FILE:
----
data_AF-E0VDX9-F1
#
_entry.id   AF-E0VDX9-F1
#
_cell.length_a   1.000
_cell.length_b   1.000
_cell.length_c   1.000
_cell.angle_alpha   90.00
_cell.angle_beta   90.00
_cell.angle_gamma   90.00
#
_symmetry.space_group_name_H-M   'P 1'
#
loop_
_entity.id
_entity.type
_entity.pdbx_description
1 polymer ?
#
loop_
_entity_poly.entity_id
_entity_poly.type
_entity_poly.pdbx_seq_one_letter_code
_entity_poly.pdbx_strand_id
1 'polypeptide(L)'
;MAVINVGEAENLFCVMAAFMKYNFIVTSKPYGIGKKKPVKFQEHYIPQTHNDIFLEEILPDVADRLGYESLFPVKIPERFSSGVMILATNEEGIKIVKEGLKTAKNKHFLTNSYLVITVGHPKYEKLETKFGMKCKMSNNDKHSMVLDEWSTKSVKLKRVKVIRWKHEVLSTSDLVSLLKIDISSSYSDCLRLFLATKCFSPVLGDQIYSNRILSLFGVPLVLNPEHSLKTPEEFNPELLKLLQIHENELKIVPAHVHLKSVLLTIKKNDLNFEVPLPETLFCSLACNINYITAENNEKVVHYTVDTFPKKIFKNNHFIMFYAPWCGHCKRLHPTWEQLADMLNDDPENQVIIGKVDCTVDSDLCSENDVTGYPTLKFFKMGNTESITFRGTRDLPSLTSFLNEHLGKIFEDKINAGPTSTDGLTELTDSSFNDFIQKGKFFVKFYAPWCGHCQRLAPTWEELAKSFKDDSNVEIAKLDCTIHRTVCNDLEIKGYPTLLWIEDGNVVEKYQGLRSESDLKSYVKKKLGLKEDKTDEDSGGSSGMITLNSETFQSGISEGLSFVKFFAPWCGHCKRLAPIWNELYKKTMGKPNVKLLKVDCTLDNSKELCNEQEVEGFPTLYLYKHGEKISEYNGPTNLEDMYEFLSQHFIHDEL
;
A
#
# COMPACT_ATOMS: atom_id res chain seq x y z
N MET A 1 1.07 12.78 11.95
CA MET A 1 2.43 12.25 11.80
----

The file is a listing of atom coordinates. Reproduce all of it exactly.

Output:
data_AF-E0VDX9-F1
#
_entry.id   AF-E0VDX9-F1
#
_cell.length_a   1.000
_cell.length_b   1.000
_cell.length_c   1.000
_cell.angle_alpha   90.00
_cell.angle_beta   90.00
_cell.angle_gamma   90.00
#
_symmetry.space_group_name_H-M   'P 1'
#
loop_
_entity.id
_entity.type
_entity.pdbx_description
1 polymer ?
#
loop_
_entity_poly.entity_id
_entity_poly.type
_entity_poly.pdbx_seq_one_letter_code
_entity_poly.pdbx_strand_id
1 'polypeptide(L)'
;MAVINVGEAENLFCVMAAFMKYNFIVTSKPYGIGKKKPVKFQEHYIPQTHNDIFLEEILPDVADRLGYESLFPVKIPERFSSGVMILATNEEGIKIVKEGLKTAKNKHFLTNSYLVITVGHPKYEKLETKFGMKCKMSNNDKHSMVLDEWSTKSVKLKRVKVIRWKHEVLSTSDLVSLLKIDISSSYSDCLRLFLATKCFSPVLGDQIYSNRILSLFGVPLVLNPEHSLKTPEEFNPELLKLLQIHENELKIVPAHVHLKSVLLTIKKNDLNFEVPLPETLFCSLACNINYITAENNEKVVHYTVDTFPKKIFKNNHFIMFYAPWCGHCKRLHPTWEQLADMLNDDPENQVIIGKVDCTVDSDLCSENDVTGYPTLKFFKMGNTESITFRGTRDLPSLTSFLNEHLGKIFEDKINAGPTSTDGLTELTDSSFNDFIQKGKFFVKFYAPWCGHCQRLAPTWEELAKSFKDDSNVEIAKLDCTIHRTVCNDLEIKGYPTLLWIEDGNVVEKYQGLRSESDLKSYVKKKLGLKEDKTDEDSGGSSGMITLNSETFQSGISEGLSFVKFFAPWCGHCKRLAPIWNELYKKTMGKPNVKLLKVDCTLDNSKELCNEQEVEGFPTLYLYKHGEKISEYNGPTNLEDMYEFLSQHFIHDEL
;
A
#
# COMPACT_ATOMS: atom_id res chain seq x y z
N MET A 1 1.07 12.78 11.95
CA MET A 1 2.43 12.25 11.80